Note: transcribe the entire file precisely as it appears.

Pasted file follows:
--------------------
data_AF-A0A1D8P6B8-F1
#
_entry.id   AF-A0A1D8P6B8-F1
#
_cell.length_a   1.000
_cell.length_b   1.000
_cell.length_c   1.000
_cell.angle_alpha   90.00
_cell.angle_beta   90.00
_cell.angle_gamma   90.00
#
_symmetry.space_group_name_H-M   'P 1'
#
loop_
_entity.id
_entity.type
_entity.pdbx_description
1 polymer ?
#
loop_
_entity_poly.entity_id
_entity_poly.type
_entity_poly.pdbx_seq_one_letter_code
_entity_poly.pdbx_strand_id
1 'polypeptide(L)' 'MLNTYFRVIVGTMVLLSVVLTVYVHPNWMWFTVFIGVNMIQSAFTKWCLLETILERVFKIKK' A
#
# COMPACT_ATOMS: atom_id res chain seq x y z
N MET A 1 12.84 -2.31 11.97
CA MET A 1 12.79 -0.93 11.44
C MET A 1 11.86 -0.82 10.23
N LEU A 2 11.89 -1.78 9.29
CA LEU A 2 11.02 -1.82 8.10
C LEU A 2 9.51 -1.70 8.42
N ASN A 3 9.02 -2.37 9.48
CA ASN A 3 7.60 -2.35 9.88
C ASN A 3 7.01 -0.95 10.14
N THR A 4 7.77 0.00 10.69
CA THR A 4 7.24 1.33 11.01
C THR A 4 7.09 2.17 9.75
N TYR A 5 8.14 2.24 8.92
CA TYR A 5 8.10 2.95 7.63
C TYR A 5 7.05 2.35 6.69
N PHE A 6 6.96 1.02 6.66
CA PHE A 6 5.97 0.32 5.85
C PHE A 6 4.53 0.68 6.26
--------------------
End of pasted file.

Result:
data_AF-A0A1D8P6B8-F1
#
_entry.id   AF-A0A1D8P6B8-F1
#
_cell.length_a   1.000
_cell.length_b   1.000
_cell.length_c   1.000
_cell.angle_alpha   90.00
_cell.angle_beta   90.00
_cell.angle_gamma   90.00
#
_symmetry.space_group_name_H-M   'P 1'
#
loop_
_entity.id
_entity.type
_entity.pdbx_description
1 polymer ?
#
loop_
_entity_poly.entity_id
_entity_poly.type
_entity_poly.pdbx_seq_one_letter_code
_entity_poly.pdbx_strand_id
1 'polypeptide(L)' 'MLNTYFRVIVGTMVLLSVVLTVYVHPNWMWFTVFIGVNMIQSAFTKWCLLETILERVFKIKK' A
#
# COMPACT_ATOMS: atom_id res chain seq x y z
N MET A 1 12.84 -2.31 11.97
CA MET A 1 12.79 -0.93 11.44
C MET A 1 11.86 -0.82 10.23
N LEU A 2 11.89 -1.78 9.29
CA LEU A 2 11.02 -1.82 8.10
C LEU A 2 9.51 -1.70 8.42
N ASN A 3 9.02 -2.37 9.48
CA ASN A 3 7.60 -2.35 9.88
C ASN A 3 7.01 -0.95 10.14
N THR A 4 7.77 0.00 10.69
CA THR A 4 7.24 1.33 11.01
C THR A 4 7.09 2.17 9.75
N TYR A 5 8.14 2.24 8.92
CA TYR A 5 8.10 2.95 7.63
C TYR A 5 7.05 2.35 6.69
N PHE A 6 6.96 1.02 6.66
CA PHE A 6 5.97 0.32 5.85
C PHE A 6 4.53 0.68 6.26